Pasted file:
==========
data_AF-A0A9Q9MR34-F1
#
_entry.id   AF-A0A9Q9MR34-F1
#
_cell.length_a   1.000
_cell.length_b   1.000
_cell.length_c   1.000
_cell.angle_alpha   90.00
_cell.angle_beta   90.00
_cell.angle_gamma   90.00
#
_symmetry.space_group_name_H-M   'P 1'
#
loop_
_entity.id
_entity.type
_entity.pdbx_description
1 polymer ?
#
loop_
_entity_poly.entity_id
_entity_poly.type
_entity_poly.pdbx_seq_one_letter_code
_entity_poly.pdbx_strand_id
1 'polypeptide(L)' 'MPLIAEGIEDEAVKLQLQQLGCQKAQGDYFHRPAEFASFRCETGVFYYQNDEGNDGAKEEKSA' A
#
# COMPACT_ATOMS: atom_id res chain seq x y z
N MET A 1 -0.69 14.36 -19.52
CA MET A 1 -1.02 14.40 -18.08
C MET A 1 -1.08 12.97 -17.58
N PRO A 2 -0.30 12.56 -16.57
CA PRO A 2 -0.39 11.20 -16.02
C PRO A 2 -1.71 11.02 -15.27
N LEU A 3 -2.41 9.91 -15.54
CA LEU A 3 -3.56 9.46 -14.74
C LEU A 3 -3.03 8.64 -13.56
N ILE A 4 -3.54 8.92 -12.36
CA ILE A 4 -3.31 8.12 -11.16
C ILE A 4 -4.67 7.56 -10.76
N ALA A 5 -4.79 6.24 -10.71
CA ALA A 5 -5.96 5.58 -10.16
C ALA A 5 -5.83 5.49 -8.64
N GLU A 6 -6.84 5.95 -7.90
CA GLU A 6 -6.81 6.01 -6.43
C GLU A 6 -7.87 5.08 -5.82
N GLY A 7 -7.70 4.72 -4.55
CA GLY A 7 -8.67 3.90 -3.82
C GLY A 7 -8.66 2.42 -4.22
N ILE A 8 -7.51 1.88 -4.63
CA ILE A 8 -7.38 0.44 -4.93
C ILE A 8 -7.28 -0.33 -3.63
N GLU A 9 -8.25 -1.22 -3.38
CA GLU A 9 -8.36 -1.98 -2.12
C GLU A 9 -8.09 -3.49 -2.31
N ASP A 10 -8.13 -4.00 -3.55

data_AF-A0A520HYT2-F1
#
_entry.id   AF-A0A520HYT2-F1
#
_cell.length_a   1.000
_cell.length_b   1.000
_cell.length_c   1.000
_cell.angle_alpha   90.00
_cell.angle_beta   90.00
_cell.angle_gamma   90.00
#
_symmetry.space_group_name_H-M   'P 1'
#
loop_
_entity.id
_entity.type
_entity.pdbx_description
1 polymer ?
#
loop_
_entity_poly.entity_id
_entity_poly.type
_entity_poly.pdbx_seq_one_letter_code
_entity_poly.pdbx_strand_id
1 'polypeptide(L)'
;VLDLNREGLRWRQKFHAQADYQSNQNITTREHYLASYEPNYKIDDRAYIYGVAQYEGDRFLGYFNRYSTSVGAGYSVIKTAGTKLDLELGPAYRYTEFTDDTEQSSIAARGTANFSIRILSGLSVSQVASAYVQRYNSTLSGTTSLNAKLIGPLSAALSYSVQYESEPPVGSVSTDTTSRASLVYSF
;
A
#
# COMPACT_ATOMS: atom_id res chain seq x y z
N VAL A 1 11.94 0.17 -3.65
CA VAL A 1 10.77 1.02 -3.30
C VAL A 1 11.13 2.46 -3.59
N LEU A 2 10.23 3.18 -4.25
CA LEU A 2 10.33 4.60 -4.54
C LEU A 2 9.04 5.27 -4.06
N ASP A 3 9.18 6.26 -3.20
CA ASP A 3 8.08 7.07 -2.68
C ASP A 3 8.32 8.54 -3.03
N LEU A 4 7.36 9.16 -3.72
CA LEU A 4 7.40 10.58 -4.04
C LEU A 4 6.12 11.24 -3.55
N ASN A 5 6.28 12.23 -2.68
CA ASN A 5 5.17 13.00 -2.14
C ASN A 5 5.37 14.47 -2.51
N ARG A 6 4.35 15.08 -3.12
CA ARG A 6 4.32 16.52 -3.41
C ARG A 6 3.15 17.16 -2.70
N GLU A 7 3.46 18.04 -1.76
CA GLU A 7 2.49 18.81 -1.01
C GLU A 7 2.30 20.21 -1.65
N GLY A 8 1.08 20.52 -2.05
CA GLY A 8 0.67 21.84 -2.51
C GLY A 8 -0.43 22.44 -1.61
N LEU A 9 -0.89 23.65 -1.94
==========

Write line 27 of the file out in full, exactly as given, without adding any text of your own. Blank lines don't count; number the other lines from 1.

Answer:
# COMPACT_ATOMS: atom_id res chain seq x y z